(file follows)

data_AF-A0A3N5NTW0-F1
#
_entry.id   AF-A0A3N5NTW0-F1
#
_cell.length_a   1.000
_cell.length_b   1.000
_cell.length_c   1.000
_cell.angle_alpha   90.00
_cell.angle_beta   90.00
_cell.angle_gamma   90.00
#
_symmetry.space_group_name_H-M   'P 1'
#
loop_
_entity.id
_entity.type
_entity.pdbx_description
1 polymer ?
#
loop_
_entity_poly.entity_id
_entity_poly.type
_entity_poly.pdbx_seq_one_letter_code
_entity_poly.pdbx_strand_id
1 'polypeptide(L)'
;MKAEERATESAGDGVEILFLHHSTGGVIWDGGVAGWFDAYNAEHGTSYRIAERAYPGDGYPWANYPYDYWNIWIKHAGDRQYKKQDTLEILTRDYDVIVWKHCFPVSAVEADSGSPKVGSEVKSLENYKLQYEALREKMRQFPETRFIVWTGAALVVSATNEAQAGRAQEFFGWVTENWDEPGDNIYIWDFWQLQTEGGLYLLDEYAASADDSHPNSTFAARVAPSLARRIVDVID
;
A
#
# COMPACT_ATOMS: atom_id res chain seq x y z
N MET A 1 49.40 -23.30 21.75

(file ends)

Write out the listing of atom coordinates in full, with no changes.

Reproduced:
data_AF-A0A3N5NTW0-F1
#
_entry.id   AF-A0A3N5NTW0-F1
#
_cell.length_a   1.000
_cell.length_b   1.000
_cell.length_c   1.000
_cell.angle_alpha   90.00
_cell.angle_beta   90.00
_cell.angle_gamma   90.00
#
_symmetry.space_group_name_H-M   'P 1'
#
loop_
_entity.id
_entity.type
_entity.pdbx_description
1 polymer ?
#
loop_
_entity_poly.entity_id
_entity_poly.type
_entity_poly.pdbx_seq_one_letter_code
_entity_poly.pdbx_strand_id
1 'polypeptide(L)'
;MKAEERATESAGDGVEILFLHHSTGGVIWDGGVAGWFDAYNAEHGTSYRIAERAYPGDGYPWANYPYDYWNIWIKHAGDRQYKKQDTLEILTRDYDVIVWKHCFPVSAVEADSGSPKVGSEVKSLENYKLQYEALREKMRQFPETRFIVWTGAALVVSATNEAQAGRAQEFFGWVTENWDEPGDNIYIWDFWQLQTEGGLYLLDEYAASADDSHPNSTFAARVAPSLARRIVDVID
;
A
#
# COMPACT_ATOMS: atom_id res chain seq x y z
N MET A 1 49.40 -23.30 21.75